Overnight doesn’t seem to stop them. They learn they’re in a self-driving Audi as it can drive itself even while Mara is asleep at the wheel! In the morning, Mara learns they’re close to the town where his grandfather lives. However when they get to his house, Mara find his grandfather on the floor suffering from a heart attack. Mara, more concerned for anyone, gets his grandfather to a nearby hospital. Flashing back to the interrogation scenes, Freiwaldova is hoping to use this incident to find out more information about Mara. She calls the hospital to find out the name and tells Mara one of the men died last night. That makes Mara cry and confess information. It’s right after that where she admits she lied and says she did it to get any info out of him. No doubt Mara is pissed off.
Reflecting back to the trip, the Audi does eventually find itself caught by police in a small Czech town. It’s only a matter of time that the car is stopped and Mara is arrested. Hedus was nowhere to be seen. It’s the end of the road for Mara with him being at the police office, or is it? Hedus is outside the police office and the Audi is close outside. Hedus also found a ladder that reaches up to the office Mara is interrogated in. Hedus is sly enough to fire his pellet gun on all the police vehicles. That’s enough to distract all the officers and leave Mara alone in the office. Alone except for the fly in the ashtray coming back to life. Then Hedus climbs up the ladder and tries to get Hedus to escape. They’re back on the road again!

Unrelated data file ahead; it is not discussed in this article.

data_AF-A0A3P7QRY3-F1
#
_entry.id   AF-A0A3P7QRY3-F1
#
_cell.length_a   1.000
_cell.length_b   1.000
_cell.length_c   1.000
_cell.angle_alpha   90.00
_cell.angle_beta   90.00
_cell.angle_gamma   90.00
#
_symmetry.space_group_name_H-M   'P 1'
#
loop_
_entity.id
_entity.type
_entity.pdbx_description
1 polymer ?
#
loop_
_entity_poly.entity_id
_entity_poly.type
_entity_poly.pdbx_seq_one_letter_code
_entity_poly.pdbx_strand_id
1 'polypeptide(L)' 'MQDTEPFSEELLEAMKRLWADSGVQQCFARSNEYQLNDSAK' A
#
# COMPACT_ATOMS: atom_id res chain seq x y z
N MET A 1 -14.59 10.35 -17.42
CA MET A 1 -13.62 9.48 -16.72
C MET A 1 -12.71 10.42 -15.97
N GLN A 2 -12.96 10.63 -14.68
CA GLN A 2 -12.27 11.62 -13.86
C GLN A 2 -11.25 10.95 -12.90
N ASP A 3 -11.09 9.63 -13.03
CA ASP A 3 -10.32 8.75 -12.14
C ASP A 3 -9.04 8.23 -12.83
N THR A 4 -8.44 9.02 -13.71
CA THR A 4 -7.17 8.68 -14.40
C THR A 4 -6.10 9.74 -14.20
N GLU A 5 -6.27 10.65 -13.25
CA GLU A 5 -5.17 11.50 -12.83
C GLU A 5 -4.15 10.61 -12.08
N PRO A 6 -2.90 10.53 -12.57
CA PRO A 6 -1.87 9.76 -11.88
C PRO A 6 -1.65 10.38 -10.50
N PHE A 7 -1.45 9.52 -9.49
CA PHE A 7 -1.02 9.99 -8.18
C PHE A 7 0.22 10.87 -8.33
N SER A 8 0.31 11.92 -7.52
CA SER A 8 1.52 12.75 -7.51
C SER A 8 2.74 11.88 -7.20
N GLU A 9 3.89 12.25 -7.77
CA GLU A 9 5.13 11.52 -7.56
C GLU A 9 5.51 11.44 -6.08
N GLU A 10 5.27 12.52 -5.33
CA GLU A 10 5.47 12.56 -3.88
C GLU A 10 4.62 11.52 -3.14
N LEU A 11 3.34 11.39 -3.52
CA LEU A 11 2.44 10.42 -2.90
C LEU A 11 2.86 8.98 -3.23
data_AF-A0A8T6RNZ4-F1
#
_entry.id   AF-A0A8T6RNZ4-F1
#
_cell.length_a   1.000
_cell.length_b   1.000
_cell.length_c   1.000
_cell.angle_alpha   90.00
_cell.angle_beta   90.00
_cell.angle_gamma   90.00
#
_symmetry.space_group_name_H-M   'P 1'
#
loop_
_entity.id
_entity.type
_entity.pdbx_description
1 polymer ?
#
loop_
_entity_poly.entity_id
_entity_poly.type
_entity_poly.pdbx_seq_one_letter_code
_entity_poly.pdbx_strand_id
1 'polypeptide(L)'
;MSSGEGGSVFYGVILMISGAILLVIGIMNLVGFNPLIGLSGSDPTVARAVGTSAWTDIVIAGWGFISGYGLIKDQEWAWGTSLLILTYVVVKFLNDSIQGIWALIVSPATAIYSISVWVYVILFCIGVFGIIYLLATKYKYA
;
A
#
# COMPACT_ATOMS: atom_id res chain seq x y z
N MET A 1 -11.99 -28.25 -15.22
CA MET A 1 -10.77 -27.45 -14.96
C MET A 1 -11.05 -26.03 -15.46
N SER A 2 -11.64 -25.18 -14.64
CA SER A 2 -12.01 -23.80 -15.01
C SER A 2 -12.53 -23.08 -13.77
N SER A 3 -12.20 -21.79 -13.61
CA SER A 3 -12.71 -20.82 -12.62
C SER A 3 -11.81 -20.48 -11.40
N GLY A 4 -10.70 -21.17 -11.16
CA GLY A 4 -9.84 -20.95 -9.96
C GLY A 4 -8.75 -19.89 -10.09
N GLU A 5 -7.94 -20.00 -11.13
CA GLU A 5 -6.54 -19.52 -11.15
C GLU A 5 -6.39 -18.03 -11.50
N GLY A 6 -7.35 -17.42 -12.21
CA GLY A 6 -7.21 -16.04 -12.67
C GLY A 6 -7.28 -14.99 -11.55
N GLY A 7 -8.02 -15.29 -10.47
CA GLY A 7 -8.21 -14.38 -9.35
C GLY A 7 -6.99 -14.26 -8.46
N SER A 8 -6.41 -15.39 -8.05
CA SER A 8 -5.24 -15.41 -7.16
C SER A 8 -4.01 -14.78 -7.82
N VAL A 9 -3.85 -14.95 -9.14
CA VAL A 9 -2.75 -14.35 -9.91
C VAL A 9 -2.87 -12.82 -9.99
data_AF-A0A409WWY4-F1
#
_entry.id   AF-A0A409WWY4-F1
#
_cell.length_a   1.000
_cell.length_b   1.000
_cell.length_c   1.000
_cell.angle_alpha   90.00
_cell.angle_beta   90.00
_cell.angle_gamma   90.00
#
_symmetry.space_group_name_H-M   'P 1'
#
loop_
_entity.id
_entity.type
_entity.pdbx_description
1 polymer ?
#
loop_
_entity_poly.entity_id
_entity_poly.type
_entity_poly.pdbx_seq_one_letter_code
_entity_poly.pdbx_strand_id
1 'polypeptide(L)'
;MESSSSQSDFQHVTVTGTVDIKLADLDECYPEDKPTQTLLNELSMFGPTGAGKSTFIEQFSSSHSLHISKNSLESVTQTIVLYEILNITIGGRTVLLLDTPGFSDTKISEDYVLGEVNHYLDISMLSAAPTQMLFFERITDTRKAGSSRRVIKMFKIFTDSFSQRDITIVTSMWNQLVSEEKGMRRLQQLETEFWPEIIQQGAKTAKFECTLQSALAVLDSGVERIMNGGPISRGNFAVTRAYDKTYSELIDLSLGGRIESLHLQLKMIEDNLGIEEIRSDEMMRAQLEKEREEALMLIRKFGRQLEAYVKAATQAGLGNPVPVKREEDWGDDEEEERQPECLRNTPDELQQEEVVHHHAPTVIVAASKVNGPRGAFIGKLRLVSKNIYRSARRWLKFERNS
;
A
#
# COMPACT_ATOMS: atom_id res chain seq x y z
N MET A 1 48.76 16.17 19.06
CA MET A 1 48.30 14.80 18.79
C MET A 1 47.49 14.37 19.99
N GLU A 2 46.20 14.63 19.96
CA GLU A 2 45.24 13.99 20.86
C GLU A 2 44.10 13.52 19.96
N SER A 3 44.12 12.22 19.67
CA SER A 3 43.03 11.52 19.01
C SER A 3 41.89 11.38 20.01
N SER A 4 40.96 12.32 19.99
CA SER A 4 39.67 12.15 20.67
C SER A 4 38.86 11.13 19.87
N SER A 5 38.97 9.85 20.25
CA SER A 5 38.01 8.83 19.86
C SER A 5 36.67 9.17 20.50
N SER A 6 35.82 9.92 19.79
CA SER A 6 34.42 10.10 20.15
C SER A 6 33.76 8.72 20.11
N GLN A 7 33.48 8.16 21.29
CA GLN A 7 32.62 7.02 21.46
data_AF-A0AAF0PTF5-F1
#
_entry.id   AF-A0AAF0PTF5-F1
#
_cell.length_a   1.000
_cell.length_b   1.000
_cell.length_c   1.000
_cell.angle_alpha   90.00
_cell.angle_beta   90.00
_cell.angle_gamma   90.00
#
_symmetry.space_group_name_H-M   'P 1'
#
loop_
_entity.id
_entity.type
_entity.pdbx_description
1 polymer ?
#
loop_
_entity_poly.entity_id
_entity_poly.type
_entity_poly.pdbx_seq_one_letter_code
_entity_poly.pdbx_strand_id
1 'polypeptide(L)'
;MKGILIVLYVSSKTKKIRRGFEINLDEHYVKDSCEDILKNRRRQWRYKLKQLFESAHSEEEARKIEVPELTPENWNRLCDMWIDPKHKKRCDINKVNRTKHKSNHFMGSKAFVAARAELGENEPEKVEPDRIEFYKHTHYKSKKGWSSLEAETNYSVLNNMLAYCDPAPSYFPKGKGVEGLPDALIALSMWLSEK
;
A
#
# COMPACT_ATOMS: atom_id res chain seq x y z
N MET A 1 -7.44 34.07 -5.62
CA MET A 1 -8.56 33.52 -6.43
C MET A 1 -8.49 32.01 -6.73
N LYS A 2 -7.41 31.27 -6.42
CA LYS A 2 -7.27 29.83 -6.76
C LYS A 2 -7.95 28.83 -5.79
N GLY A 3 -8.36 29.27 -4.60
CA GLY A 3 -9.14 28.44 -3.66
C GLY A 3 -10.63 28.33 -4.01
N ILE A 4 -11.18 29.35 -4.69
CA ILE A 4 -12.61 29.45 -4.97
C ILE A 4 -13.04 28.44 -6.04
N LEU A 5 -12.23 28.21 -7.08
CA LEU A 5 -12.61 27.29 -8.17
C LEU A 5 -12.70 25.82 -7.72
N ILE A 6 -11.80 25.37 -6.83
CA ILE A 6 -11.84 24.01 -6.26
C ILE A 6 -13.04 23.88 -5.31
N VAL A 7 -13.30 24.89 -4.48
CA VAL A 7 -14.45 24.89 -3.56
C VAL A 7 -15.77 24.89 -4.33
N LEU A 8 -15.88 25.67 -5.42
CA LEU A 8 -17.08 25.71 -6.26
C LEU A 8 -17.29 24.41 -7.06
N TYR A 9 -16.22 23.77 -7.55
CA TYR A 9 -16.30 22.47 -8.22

We should really hate those two jerks. One is stupid with an overactive imagination. The other is an irresponsible rebel with complete disrespect to just about everyone, including the police. We should also hate the two at the very end. However one critic made a point that I agreed with. They said the two make the rebellion and the irresponsibilities of adolescence look charming and even funny. I have to agree because that is the magic of art. It can take characters that we would look down on in the real world and make them look likable and even charming. We see that here as Mara does bring out the charm of the anti-authority jerk we really should hate. Hedus also brings out the charm of the weird boy with an over-the-top wild imagination. That was what the story is about in a nutshell: two adolescent misfits on a wild ride.